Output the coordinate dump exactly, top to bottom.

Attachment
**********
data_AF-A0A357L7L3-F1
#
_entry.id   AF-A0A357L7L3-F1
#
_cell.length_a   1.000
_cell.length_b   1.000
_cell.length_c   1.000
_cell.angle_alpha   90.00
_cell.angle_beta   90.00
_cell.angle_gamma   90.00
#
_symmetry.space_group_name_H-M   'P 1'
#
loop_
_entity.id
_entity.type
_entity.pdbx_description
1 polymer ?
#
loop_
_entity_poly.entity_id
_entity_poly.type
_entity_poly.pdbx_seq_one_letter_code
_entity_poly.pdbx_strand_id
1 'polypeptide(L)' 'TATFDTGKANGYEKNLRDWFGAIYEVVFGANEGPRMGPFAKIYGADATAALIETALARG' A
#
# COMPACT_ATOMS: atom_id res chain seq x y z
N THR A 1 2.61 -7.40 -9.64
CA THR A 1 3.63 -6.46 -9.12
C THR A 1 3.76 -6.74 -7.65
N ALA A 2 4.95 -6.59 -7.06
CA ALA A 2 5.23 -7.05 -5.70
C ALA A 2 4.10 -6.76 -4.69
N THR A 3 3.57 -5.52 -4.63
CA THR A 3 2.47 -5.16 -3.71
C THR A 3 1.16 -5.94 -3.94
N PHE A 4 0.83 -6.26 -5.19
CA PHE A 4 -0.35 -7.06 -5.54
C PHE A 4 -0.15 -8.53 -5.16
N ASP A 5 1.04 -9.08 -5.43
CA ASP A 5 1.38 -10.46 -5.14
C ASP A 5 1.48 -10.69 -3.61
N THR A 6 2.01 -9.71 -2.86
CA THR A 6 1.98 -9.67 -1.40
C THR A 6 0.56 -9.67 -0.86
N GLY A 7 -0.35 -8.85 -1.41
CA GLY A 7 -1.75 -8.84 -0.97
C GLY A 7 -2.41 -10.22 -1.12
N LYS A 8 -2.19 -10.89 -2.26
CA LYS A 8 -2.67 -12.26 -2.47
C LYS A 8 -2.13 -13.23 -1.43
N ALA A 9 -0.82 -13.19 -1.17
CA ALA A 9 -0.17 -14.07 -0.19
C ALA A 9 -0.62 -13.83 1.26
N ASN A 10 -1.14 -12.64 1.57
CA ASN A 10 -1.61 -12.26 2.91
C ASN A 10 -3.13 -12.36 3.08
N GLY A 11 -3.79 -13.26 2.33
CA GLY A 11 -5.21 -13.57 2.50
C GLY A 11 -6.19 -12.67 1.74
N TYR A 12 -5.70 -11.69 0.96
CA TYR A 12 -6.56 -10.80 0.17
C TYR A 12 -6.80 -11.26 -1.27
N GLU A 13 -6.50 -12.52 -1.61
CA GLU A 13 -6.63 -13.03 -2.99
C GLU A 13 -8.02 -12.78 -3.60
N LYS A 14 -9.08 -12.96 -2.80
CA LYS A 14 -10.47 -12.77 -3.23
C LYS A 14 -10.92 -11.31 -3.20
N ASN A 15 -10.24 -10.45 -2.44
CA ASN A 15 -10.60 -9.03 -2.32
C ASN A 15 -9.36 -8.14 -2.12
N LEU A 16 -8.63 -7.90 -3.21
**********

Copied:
data_AF-A0A357L7L3-F1
#
_entry.id   AF-A0A357L7L3-F1
#
_cell.length_a   1.000
_cell.length_b   1.000
_cell.length_c   1.000
_cell.angle_alpha   90.00
_cell.angle_beta   90.00
_cell.angle_gamma   90.00
#
_symmetry.space_group_name_H-M   'P 1'
#
loop_
_entity.id
_entity.type
_entity.pdbx_description
1 polymer ?
#
loop_
_entity_poly.entity_id
_entity_poly.type
_entity_poly.pdbx_seq_one_letter_code
_entity_poly.pdbx_strand_id
1 'polypeptide(L)' 'TATFDTGKANGYEKNLRDWFGAIYEVVFGANEGPRMGPFAKIYGADATAALIETALARG' A
#
# COMPACT_ATOMS: atom_id res chain seq x y z
N THR A 1 2.61 -7.40 -9.64
CA THR A 1 3.63 -6.46 -9.12
C THR A 1 3.76 -6.74 -7.65
N ALA A 2 4.95 -6.59 -7.06
CA ALA A 2 5.23 -7.05 -5.70
C ALA A 2 4.10 -6.76 -4.69
N THR A 3 3.57 -5.52 -4.63
CA THR A 3 2.47 -5.16 -3.71
C THR A 3 1.16 -5.94 -3.94
N PHE A 4 0.83 -6.26 -5.19
CA PHE A 4 -0.35 -7.06 -5.54
C PHE A 4 -0.15 -8.53 -5.16
N ASP A 5 1.04 -9.08 -5.43
CA ASP A 5 1.38 -10.46 -5.14
C ASP A 5 1.48 -10.69 -3.61
N THR A 6 2.01 -9.71 -2.86
CA THR A 6 1.98 -9.67 -1.40
C THR A 6 0.56 -9.67 -0.86
N GLY A 7 -0.35 -8.85 -1.41
CA GLY A 7 -1.75 -8.84 -0.97
C GLY A 7 -2.41 -10.22 -1.12
N LYS A 8 -2.19 -10.89 -2.26
CA LYS A 8 -2.67 -12.26 -2.47
C LYS A 8 -2.13 -13.23 -1.43
N ALA A 9 -0.82 -13.19 -1.17
CA ALA A 9 -0.17 -14.07 -0.19
C ALA A 9 -0.62 -13.83 1.26
N ASN A 10 -1.14 -12.64 1.57
CA ASN A 10 -1.61 -12.26 2.91
C ASN A 10 -3.13 -12.36 3.08
N GLY A 11 -3.79 -13.26 2.33
CA GLY A 11 -5.21 -13.57 2.50
C GLY A 11 -6.19 -12.67 1.74
N TYR A 12 -5.70 -11.69 0.96
CA TYR A 12 -6.56 -10.80 0.17
C TYR A 12 -6.80 -11.26 -1.27
N GLU A 13 -6.50 -12.52 -1.61
CA GLU A 13 -6.63 -13.03 -2.99
C GLU A 13 -8.02 -12.78 -3.60
N LYS A 14 -9.08 -12.96 -2.80
CA LYS A 14 -10.47 -12.77 -3.23
C LYS A 14 -10.92 -11.31 -3.20
N ASN A 15 -10.24 -10.45 -2.44
CA ASN A 15 -10.60 -9.03 -2.32
C ASN A 15 -9.36 -8.14 -2.12
N LEU A 16 -8.63 -7.90 -3.21